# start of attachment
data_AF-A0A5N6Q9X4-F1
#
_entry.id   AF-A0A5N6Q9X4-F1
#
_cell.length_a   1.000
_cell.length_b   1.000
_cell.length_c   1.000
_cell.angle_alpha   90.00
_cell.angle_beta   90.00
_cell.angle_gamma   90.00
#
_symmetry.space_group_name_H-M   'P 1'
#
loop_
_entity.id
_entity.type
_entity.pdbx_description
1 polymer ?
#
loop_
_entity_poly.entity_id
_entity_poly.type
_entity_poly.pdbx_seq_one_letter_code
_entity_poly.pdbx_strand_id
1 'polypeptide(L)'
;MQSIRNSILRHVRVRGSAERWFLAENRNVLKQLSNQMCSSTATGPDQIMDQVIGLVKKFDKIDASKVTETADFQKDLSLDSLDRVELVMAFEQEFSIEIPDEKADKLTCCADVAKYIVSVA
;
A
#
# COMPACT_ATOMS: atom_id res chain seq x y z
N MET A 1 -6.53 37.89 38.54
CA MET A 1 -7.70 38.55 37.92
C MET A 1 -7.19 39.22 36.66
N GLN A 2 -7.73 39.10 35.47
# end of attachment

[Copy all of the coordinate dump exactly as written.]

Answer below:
data_AF-A0A5N6Q9X4-F1
#
_entry.id   AF-A0A5N6Q9X4-F1
#
_cell.length_a   1.000
_cell.length_b   1.000
_cell.length_c   1.000
_cell.angle_alpha   90.00
_cell.angle_beta   90.00
_cell.angle_gamma   90.00
#
_symmetry.space_group_name_H-M   'P 1'
#
loop_
_entity.id
_entity.type
_entity.pdbx_description
1 polymer ?
#
loop_
_entity_poly.entity_id
_entity_poly.type
_entity_poly.pdbx_seq_one_letter_code
_entity_poly.pdbx_strand_id
1 'polypeptide(L)'
;MQSIRNSILRHVRVRGSAERWFLAENRNVLKQLSNQMCSSTATGPDQIMDQVIGLVKKFDKIDASKVTETADFQKDLSLDSLDRVELVMAFEQEFSIEIPDEKADKLTCCADVAKYIVSVA
;
A
#
# COMPACT_ATOMS: atom_id res chain seq x y z
N MET A 1 -6.53 37.89 38.54
CA MET A 1 -7.70 38.55 37.92
C MET A 1 -7.19 39.22 36.66
N GLN A 2 -7.73 39.10 35.47